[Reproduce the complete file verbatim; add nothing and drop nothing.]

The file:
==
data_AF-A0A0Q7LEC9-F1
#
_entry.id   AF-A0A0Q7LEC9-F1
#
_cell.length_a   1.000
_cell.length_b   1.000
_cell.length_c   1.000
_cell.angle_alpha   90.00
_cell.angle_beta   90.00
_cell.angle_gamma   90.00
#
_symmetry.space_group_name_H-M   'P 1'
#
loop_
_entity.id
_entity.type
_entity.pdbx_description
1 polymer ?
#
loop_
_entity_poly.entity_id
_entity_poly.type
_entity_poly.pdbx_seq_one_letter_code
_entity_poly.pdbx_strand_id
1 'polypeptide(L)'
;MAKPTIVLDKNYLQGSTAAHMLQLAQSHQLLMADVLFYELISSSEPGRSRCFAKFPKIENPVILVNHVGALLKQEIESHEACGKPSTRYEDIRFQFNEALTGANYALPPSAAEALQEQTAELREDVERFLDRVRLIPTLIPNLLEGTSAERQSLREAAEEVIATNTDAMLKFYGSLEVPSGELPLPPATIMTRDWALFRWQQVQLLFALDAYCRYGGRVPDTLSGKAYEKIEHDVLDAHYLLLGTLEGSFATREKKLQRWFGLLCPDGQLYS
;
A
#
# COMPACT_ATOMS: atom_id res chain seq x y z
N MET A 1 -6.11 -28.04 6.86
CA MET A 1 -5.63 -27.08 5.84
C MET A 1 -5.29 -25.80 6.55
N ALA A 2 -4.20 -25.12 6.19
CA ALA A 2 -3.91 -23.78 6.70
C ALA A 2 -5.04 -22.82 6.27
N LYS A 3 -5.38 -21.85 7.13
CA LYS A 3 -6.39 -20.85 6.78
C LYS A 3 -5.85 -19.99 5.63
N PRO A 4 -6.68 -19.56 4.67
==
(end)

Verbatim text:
data_AF-A0A0Q7LEC9-F1
#
_entry.id   AF-A0A0Q7LEC9-F1
#
_cell.length_a   1.000
_cell.length_b   1.000
_cell.length_c   1.000
_cell.angle_alpha   90.00
_cell.angle_beta   90.00
_cell.angle_gamma   90.00
#
_symmetry.space_group_name_H-M   'P 1'
#
loop_
_entity.id
_entity.type
_entity.pdbx_description
1 polymer ?
#
loop_
_entity_poly.entity_id
_entity_poly.type
_entity_poly.pdbx_seq_one_letter_code
_entity_poly.pdbx_strand_id
1 'polypeptide(L)'
;MAKPTIVLDKNYLQGSTAAHMLQLAQSHQLLMADVLFYELISSSEPGRSRCFAKFPKIENPVILVNHVGALLKQEIESHEACGKPSTRYEDIRFQFNEALTGANYALPPSAAEALQEQTAELREDVERFLDRVRLIPTLIPNLLEGTSAERQSLREAAEEVIATNTDAMLKFYGSLEVPSGELPLPPATIMTRDWALFRWQQVQLLFALDAYCRYGGRVPDTLSGKAYEKIEHDVLDAHYLLLGTLEGSFATREKKLQRWFGLLCPDGQLYS
;
A
#
# COMPACT_ATOMS: atom_id res chain seq x y z
N MET A 1 -6.11 -28.04 6.86
CA MET A 1 -5.63 -27.08 5.84
C MET A 1 -5.29 -25.80 6.55
N ALA A 2 -4.20 -25.12 6.19
CA ALA A 2 -3.91 -23.78 6.70
C ALA A 2 -5.04 -22.82 6.27
N LYS A 3 -5.38 -21.85 7.13
CA LYS A 3 -6.39 -20.85 6.78
C LYS A 3 -5.85 -19.99 5.63
N PRO A 4 -6.68 -19.56 4.67